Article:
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Theory and Modern Applications

A robust numerical solution to a time-fractional Black–Scholes equation


Dividend paying European stock options are modeled using a time-fractional Black–Scholes (tfBS) partial differential equation (PDE). The underlying fractional stochastic dynamics explored in this work are appropriate for capturing market fluctuations in which random fractional white noise has the potential to accurately estimate European put option premiums while providing a good numerical convergence. The aim of this paper is two fold: firstly, to construct a time-fractional (tfBS) PDE for pricing European options on continuous dividend paying stocks, and, secondly, to propose an implicit finite difference method for solving the constructed tfBS PDE. Through rigorous mathematical analysis it is established that the implicit finite difference scheme is unconditionally stable. To support these theoretical observations, two numerical examples are presented under the proposed fractional framework. Results indicate that the tfBS and its proposed numerical method are very effective mathematical tools for pricing European options.

1 Introduction

Since the discovery of the most celebrated Black–Scholes–Merton asset pricing formula in the early 1970s, the application of Black–Scholes (BS) partial differential equations (PDEs) in valuation of derivative instruments has become very popular. The popularity of the approach is attributed to the extensively established evidence that it provides an effective asset valuation tool.

In derivative markets, once the price evolution process for a particular asset is specified, it is possible to address the question of how to price derivative contracts on this particular asset. One of the most common derivative instruments in the markets is called an option. It is a financial contract that gives the holder the right, but not obligation, to buy or sell a specified quantity of an underlying asset, e.g., a stock, at a fixed price, called the strike price, before or on the expiration date. Since it is a right and not an obligation, the holder of the contract can decide not to exercise the option and let it expire worthless.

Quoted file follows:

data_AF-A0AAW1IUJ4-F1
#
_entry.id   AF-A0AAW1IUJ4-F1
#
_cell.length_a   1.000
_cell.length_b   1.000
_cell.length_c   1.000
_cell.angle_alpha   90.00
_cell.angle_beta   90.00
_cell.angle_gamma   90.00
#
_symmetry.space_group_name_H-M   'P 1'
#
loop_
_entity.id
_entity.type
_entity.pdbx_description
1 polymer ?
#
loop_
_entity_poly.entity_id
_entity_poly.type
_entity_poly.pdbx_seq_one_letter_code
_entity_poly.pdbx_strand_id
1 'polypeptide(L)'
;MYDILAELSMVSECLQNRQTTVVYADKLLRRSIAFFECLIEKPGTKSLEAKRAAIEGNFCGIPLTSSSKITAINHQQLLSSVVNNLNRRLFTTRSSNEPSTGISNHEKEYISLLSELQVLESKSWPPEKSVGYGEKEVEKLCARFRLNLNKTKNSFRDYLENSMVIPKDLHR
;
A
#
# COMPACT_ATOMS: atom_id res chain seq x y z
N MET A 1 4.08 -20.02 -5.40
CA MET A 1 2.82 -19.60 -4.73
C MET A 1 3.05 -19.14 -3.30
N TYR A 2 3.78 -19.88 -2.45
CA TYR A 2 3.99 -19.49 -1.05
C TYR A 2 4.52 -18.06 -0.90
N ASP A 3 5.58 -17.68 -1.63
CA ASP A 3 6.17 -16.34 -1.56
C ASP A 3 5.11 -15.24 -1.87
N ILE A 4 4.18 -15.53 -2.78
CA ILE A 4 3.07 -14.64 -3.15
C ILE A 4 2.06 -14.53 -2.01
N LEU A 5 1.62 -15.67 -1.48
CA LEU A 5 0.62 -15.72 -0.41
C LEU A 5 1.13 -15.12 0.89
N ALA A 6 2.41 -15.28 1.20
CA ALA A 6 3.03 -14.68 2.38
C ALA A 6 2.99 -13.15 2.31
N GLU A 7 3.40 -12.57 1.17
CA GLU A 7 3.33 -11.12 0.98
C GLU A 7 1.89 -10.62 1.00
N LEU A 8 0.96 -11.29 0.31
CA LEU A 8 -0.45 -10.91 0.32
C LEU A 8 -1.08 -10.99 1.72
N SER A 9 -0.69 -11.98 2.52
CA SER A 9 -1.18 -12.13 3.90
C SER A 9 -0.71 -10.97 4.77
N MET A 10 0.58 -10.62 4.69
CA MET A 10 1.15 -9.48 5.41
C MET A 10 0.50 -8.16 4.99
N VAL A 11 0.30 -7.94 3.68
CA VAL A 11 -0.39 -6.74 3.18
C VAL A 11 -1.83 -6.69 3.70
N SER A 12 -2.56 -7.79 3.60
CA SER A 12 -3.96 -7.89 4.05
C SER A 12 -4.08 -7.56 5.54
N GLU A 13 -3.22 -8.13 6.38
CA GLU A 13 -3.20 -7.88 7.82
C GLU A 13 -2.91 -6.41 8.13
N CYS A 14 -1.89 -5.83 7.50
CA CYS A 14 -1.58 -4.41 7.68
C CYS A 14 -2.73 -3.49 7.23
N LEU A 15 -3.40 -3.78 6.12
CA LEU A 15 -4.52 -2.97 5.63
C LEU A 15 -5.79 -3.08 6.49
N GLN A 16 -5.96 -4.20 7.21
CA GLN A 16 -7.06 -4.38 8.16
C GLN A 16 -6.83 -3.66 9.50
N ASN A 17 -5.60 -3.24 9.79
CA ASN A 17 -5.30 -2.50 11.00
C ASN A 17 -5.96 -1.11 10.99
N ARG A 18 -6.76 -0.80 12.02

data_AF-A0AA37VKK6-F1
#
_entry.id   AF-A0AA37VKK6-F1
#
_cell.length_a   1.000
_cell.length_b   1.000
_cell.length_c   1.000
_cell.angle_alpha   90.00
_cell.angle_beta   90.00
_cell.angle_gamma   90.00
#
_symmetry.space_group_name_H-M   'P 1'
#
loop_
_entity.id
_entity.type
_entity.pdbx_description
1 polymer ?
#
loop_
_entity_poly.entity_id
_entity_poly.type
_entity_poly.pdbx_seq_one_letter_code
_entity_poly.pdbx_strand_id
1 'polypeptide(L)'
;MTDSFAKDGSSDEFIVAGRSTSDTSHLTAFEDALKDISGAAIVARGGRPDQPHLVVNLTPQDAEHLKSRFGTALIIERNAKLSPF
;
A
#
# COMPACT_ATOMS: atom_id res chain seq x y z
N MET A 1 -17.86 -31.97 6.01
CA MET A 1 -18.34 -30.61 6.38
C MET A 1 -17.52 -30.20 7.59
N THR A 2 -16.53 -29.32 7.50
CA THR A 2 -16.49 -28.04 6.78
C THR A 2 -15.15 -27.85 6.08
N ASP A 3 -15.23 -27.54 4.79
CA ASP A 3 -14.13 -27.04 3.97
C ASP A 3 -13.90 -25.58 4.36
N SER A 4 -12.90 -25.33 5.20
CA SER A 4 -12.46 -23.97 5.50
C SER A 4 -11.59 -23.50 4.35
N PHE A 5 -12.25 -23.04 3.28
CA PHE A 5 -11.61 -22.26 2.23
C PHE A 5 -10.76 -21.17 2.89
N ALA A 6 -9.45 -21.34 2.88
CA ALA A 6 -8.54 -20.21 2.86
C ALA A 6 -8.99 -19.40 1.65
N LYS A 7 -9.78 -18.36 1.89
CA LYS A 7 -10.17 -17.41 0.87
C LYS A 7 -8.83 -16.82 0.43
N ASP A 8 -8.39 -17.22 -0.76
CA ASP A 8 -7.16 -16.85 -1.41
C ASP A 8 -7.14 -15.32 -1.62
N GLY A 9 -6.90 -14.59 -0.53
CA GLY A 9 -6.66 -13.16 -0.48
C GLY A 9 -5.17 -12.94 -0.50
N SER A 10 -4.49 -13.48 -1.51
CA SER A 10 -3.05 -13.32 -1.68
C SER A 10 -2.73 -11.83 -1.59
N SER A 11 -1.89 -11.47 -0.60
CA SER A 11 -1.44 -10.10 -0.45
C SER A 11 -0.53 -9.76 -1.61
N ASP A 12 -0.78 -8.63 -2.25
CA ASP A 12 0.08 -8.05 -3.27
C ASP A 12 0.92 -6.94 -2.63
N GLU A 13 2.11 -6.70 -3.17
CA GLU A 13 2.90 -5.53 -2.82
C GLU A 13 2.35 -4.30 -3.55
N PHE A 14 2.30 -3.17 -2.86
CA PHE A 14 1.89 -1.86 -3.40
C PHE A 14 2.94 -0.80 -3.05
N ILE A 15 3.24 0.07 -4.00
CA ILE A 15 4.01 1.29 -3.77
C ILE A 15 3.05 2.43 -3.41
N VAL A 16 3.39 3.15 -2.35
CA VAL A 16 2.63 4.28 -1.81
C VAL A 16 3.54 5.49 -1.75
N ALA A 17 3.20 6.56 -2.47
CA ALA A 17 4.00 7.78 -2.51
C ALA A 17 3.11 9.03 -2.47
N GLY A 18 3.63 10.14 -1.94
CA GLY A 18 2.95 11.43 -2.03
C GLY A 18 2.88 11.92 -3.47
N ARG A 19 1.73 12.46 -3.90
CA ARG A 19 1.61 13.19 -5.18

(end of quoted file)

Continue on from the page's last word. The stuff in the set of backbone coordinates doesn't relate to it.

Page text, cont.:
There are two main types of options, standard and nonstandard. Standard options are further categorized as European or American type. The European options can only be exercised at the expiration date, whereas the American options are more flexible and can be exercised anytime at or before the expiration date. These options can further be divided into two categories, call options (which give their holders the right to buy) and put options (which give their holders the right to sell).

The study of stock markets dynamics via the classical approach is based on the well-known efficient market hypothesis, i.e., martingale property of price movements. One of the consequences of using classical asset pricing models is that it is almost impossible to infer any information from historical price movements to predict the future. It is therefore imperative that, for one to better predict the future asset price movements, there is a need to pay attention to the repeated patterns and trends observed in financial data. The repeated patterns and trends in financial markets are mainly attributed to the following facts: (i) the markets discount everything, (ii) price moves in trends depict investors psychology (among other things), and (iii) history would mostly always repeat itself. There is empirical evidence to this effect, see, for example [17, 33, 40] and references therein.

The design of option valuation models is centered around the assumption that the market consists of a risky asset, for example, a stock, and a riskless asset, say a bond or a bank deposit. Emanating from its assumptions, the classical BS approach suffers from a few drawbacks, namely, (i) constant rates of return, (ii) constant volatility, and (iii) no dividends, taxes, or transactional costs. However, in real life, interest rates are bound to market forces and as such cannot remain static over a longer period of time. Based on empirical evidence, most traded assets’ returns exhibit memory structures, see, for example, [17, 33, 40] and references therein, regimes of uneven fluctuations [6, 25, 37], volatility smiles and clustering [5, 29, 37]. Weakening some of assumptions of the classical BS approach, researchers suggested a few improved models, such as stochastic interest rate models [12, 16], jump-diffusion models [14, 25, 26, 30, 46], stochastic volatility models [6, 36, 37, 39], models with transactional costs [13, 19, 44, 45], as well as those with dividend payments [4, 29, 36, 37].

Bielecki et al. [5] extended the no-arbitrage pricing theory to dividend-paying securities in discrete-time markets with transaction costs. They proved that when there are no transaction costs on the dividends paid by the asset, the no-arbitrage condition under the efficient friction assumption is proved to be equivalent to the existence of a consistent pricing system. In the general case, when there are transaction costs on the dividends, the no-arbitrage condition is open. This is so because, if an asset pays dividends, the asset price falls by the amount of the dividend. No arbitrage opportunity arises because investors are compensated with the same amount of price depreciation back in cash through dividends.